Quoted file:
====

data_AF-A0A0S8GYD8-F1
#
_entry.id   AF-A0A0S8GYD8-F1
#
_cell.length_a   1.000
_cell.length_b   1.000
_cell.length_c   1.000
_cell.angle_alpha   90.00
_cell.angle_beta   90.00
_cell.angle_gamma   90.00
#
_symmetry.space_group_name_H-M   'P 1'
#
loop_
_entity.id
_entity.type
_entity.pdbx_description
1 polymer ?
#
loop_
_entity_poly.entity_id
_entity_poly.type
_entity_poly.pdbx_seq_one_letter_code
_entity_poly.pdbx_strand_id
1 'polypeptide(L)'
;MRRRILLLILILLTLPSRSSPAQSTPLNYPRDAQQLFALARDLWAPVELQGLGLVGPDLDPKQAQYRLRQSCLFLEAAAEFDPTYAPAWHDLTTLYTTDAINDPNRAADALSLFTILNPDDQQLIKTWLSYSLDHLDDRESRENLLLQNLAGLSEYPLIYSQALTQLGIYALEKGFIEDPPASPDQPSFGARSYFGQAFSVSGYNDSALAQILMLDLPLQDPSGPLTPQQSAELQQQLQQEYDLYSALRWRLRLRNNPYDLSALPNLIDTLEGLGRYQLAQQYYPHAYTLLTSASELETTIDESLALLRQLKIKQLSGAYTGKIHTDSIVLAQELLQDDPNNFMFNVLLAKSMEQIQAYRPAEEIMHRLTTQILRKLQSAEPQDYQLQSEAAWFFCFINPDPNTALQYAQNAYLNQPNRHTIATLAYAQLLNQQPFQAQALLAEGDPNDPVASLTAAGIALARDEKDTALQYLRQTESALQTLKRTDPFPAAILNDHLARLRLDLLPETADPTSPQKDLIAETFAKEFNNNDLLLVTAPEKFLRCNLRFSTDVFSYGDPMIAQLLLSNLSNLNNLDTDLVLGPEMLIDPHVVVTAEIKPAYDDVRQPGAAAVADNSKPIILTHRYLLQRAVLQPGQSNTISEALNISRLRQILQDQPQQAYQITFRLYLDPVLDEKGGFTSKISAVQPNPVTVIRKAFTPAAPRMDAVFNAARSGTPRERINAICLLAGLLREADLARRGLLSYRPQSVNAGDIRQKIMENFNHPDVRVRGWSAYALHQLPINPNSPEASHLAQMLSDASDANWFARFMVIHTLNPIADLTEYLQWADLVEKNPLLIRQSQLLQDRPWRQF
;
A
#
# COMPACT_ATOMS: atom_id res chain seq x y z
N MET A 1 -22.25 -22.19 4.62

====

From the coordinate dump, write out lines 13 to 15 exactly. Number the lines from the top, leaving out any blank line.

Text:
#
loop_
_entity.id